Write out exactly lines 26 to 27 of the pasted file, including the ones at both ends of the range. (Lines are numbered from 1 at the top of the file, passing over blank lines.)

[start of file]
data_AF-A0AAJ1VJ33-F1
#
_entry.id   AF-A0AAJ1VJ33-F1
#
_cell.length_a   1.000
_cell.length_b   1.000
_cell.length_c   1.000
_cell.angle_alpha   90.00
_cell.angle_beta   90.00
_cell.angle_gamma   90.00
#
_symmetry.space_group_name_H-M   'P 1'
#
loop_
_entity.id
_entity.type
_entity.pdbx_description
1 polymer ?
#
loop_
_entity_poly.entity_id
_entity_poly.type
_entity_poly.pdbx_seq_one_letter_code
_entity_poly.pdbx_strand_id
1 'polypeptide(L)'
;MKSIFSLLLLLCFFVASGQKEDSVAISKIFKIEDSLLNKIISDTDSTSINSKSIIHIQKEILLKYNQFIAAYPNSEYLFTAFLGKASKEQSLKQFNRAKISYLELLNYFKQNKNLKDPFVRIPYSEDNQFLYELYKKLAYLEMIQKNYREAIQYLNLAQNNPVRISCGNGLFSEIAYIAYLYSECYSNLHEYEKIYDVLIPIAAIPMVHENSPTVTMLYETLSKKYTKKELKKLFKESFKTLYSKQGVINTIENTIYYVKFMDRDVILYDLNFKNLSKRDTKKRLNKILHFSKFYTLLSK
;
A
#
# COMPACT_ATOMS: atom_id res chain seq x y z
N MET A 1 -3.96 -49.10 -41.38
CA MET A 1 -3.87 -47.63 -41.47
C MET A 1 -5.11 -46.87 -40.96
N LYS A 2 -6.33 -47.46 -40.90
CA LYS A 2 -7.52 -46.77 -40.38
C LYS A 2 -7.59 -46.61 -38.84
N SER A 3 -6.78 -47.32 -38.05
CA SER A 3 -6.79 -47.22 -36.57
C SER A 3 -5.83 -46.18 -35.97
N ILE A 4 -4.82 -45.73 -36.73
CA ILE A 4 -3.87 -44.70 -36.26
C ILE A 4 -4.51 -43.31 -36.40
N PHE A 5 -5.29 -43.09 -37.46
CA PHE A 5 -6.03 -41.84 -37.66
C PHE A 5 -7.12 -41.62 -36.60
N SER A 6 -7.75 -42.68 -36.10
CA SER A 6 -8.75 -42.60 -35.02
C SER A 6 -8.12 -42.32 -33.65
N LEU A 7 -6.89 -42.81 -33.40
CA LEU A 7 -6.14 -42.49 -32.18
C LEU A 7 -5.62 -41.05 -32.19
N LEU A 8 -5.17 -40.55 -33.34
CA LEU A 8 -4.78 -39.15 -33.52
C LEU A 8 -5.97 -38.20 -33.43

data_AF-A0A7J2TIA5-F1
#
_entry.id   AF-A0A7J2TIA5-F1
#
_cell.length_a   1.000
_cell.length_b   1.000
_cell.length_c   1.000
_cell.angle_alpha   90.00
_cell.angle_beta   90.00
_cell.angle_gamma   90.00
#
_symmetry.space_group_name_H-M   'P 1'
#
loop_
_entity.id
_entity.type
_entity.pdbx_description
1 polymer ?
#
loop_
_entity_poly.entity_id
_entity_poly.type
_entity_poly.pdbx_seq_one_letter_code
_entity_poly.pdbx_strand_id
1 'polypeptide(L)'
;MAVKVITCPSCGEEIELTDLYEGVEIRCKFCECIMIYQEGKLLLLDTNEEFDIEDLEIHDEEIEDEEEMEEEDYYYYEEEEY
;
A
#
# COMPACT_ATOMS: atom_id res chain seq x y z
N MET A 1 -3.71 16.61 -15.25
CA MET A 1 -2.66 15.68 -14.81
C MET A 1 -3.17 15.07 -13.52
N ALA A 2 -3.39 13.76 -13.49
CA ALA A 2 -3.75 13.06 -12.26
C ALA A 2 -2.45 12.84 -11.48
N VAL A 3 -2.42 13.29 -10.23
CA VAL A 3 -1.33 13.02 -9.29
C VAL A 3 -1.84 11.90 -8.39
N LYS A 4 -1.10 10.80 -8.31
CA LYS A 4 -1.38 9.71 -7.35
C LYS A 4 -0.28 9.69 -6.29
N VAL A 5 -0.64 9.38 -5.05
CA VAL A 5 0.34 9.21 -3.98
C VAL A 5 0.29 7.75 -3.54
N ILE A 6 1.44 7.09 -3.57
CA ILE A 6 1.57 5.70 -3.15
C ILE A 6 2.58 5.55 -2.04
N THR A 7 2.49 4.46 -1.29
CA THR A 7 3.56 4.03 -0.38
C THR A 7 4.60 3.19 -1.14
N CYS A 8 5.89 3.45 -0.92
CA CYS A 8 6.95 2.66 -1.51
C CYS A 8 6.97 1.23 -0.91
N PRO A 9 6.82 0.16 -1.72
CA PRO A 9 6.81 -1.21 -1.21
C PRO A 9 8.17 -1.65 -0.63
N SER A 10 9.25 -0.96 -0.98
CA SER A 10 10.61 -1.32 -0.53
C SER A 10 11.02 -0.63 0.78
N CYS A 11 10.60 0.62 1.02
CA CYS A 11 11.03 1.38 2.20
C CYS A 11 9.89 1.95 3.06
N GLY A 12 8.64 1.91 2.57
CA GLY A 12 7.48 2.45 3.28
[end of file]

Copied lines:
;MKSIFSLLLLLCFFVASGQKEDSVAISKIFKIEDSLLNKIISDTDSTSINSKSIIHIQKEILLKYNQFIAAYPNSEYLFTAFLGKASKEQSLKQFNRAKISYLELLNYFKQNKNLKDPFVRIPYSEDNQFLYELYKKLAYLEMIQKNYREAIQYLNLAQNNPVRISCGNGLFSEIAYIAYLYSECYSNLHEYEKIYDVLIPIAAIPMVHENSPTVTMLYETLSKKYTKKELKKLFKESFKTLYSKQGVINTIENTIYYVKFMDRDVILYDLNFKNLSKRDTKKRLNKILHFSKFYTLLSK
;